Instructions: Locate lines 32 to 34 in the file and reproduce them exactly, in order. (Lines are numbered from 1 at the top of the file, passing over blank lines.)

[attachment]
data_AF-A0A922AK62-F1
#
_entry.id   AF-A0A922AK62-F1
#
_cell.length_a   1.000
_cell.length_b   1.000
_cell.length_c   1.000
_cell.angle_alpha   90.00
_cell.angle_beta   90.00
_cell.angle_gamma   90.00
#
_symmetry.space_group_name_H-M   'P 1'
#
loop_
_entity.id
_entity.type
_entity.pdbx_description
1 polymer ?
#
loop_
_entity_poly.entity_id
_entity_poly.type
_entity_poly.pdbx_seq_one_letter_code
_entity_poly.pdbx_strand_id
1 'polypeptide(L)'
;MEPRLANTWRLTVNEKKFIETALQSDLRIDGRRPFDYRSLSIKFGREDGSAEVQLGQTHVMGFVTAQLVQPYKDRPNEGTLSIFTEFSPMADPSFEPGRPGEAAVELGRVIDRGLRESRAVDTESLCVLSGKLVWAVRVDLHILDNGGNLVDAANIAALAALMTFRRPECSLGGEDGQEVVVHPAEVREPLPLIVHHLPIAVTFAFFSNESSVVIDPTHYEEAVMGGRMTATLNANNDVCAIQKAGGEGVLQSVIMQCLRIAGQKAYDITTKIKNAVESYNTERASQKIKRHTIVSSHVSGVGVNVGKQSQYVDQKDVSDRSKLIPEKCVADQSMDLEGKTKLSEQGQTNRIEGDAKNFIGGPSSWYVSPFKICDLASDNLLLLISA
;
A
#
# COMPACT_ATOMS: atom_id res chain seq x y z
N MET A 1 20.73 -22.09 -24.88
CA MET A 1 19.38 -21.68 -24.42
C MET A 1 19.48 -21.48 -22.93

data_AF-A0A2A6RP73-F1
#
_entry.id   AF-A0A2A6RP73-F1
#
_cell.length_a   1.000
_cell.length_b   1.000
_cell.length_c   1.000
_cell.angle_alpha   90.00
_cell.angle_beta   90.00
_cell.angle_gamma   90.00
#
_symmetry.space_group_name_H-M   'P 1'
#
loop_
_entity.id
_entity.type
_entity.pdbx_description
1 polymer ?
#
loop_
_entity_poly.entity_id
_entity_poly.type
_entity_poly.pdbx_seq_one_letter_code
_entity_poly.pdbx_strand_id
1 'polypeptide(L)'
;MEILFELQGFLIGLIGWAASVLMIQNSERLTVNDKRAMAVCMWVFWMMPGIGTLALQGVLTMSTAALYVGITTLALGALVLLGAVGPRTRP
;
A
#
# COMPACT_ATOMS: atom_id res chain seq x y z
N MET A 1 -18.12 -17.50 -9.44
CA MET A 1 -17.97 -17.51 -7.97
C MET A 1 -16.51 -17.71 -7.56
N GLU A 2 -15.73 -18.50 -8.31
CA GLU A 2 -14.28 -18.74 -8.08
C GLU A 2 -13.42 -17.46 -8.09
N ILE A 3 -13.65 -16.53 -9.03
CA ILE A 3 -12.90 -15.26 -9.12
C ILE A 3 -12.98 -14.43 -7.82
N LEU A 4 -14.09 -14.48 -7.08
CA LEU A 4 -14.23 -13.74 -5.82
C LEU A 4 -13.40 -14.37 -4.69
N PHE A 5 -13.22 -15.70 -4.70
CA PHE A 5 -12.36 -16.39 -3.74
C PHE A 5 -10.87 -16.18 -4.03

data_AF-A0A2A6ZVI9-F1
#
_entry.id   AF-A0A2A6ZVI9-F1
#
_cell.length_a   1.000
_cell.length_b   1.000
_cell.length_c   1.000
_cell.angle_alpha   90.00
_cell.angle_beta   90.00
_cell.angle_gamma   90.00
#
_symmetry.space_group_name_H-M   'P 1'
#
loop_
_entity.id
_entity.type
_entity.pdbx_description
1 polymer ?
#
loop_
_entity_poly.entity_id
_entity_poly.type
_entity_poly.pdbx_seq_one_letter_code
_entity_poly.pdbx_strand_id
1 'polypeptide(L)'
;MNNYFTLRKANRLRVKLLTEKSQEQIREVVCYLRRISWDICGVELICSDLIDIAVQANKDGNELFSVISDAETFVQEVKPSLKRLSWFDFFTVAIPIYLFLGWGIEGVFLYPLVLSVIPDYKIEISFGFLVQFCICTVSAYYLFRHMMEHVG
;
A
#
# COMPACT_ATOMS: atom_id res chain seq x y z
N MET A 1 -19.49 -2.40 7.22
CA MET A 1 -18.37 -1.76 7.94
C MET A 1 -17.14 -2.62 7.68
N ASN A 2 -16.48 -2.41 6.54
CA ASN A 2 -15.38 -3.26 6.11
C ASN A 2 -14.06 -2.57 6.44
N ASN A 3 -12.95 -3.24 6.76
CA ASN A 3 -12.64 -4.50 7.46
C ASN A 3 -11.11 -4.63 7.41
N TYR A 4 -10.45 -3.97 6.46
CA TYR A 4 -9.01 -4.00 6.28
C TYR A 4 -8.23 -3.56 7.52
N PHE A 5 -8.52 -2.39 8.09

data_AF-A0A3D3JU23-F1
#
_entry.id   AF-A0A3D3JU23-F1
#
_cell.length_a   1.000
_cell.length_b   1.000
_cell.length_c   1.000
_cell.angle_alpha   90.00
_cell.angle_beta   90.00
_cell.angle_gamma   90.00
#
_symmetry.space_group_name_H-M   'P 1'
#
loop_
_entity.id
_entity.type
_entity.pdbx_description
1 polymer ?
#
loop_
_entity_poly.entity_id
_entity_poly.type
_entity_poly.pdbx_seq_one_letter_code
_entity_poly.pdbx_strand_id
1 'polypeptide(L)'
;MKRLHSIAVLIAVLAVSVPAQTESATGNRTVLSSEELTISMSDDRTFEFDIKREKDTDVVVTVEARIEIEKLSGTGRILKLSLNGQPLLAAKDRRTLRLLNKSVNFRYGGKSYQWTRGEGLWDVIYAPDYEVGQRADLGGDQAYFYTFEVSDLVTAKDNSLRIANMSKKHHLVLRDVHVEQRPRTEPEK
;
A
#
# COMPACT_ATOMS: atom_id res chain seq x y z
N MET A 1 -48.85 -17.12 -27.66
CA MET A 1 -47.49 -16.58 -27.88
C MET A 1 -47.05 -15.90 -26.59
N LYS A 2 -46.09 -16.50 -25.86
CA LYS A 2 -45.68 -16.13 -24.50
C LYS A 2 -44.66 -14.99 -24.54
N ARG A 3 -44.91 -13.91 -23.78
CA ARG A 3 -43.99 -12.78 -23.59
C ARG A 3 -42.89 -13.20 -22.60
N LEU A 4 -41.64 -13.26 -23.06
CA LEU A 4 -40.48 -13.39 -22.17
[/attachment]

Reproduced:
CA MET A 1 19.38 -21.68 -24.42
C MET A 1 19.48 -21.48 -22.93

data_AF-A0A2A6RP73-F1